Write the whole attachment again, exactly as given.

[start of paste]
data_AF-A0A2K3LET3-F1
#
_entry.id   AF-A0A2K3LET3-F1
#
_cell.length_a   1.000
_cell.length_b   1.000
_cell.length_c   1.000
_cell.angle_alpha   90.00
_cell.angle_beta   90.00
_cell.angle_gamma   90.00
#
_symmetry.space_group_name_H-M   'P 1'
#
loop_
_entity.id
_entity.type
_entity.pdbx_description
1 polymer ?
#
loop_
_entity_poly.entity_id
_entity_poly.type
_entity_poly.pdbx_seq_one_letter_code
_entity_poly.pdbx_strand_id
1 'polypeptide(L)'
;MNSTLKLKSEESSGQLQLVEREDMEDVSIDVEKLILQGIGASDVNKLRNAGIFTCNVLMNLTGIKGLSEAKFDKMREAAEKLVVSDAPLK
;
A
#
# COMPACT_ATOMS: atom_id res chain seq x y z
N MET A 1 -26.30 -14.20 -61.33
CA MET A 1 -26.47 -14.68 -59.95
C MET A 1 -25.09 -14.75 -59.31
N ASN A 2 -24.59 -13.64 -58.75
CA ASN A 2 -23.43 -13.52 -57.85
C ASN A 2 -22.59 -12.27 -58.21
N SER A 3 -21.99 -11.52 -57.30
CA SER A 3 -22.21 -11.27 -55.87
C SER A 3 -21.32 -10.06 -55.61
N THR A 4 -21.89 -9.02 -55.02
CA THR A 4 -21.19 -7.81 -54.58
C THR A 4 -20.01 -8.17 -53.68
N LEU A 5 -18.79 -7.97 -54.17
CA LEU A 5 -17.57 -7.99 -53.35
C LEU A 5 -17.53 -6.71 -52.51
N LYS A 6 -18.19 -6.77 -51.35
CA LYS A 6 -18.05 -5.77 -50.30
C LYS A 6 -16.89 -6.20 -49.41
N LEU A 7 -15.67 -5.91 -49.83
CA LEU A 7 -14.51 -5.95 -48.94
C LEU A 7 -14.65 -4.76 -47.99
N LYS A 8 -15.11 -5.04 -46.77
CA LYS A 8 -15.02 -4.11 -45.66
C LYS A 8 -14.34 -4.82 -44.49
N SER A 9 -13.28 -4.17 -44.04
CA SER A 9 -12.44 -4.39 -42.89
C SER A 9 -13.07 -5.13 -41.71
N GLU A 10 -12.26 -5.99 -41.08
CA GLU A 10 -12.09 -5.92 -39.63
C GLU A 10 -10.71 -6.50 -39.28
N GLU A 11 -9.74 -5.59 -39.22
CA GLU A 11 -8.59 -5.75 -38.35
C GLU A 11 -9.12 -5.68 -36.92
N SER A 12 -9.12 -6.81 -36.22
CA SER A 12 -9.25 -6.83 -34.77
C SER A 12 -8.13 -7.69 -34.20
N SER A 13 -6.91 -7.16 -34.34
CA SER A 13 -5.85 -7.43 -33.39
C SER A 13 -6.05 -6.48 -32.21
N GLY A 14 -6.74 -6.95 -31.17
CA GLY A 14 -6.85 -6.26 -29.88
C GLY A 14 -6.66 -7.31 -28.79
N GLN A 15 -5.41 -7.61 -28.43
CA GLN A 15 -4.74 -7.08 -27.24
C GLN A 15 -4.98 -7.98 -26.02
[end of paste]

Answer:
data_AF-A0A2K3LET3-F1
#
_entry.id   AF-A0A2K3LET3-F1
#
_cell.length_a   1.000
_cell.length_b   1.000
_cell.length_c   1.000
_cell.angle_alpha   90.00
_cell.angle_beta   90.00
_cell.angle_gamma   90.00
#
_symmetry.space_group_name_H-M   'P 1'
#
loop_
_entity.id
_entity.type
_entity.pdbx_description
1 polymer ?
#
loop_
_entity_poly.entity_id
_entity_poly.type
_entity_poly.pdbx_seq_one_letter_code
_entity_poly.pdbx_strand_id
1 'polypeptide(L)'
;MNSTLKLKSEESSGQLQLVEREDMEDVSIDVEKLILQGIGASDVNKLRNAGIFTCNVLMNLTGIKGLSEAKFDKMREAAEKLVVSDAPLK
;
A
#
# COMPACT_ATOMS: atom_id res chain seq x y z
N MET A 1 -26.30 -14.20 -61.33
CA MET A 1 -26.47 -14.68 -59.95
C MET A 1 -25.09 -14.75 -59.31
N ASN A 2 -24.59 -13.64 -58.75
CA ASN A 2 -23.43 -13.52 -57.85
C ASN A 2 -22.59 -12.27 -58.21
N SER A 3 -21.99 -11.52 -57.30
CA SER A 3 -22.21 -11.27 -55.87
C SER A 3 -21.32 -10.06 -55.61
N THR A 4 -21.89 -9.02 -55.02
CA THR A 4 -21.19 -7.81 -54.58
C THR A 4 -20.01 -8.17 -53.68
N LEU A 5 -18.79 -7.97 -54.17
CA LEU A 5 -17.57 -7.99 -53.35
C LEU A 5 -17.53 -6.71 -52.51
N LYS A 6 -18.19 -6.77 -51.35
CA LYS A 6 -18.05 -5.77 -50.30
C LYS A 6 -16.89 -6.20 -49.41
N LEU A 7 -15.67 -5.91 -49.83
CA LEU A 7 -14.51 -5.95 -48.94
C LEU A 7 -14.65 -4.76 -47.99
N LYS A 8 -15.11 -5.04 -46.77
CA LYS A 8 -15.02 -4.11 -45.66
C LYS A 8 -14.34 -4.82 -44.49
N SER A 9 -13.28 -4.17 -44.04
CA SER A 9 -12.44 -4.39 -42.89
C SER A 9 -13.07 -5.13 -41.71
N GLU A 10 -12.26 -5.99 -41.08
CA GLU A 10 -12.09 -5.92 -39.63
C GLU A 10 -10.71 -6.50 -39.28
N GLU A 11 -9.74 -5.59 -39.22
CA GLU A 11 -8.59 -5.75 -38.35
C GLU A 11 -9.12 -5.68 -36.92
N SER A 12 -9.12 -6.81 -36.22
CA SER A 12 -9.25 -6.83 -34.77
C SER A 12 -8.13 -7.69 -34.20
N SER A 13 -6.91 -7.16 -34.34
CA SER A 13 -5.85 -7.43 -33.39
C SER A 13 -6.05 -6.48 -32.21
N GLY A 14 -6.74 -6.95 -31.17
CA GLY A 14 -6.85 -6.26 -29.88
C GLY A 14 -6.66 -7.31 -28.79
N GLN A 15 -5.41 -7.61 -28.43
CA GLN A 15 -4.74 -7.08 -27.24
C GLN A 15 -4.98 -7.98 -26.02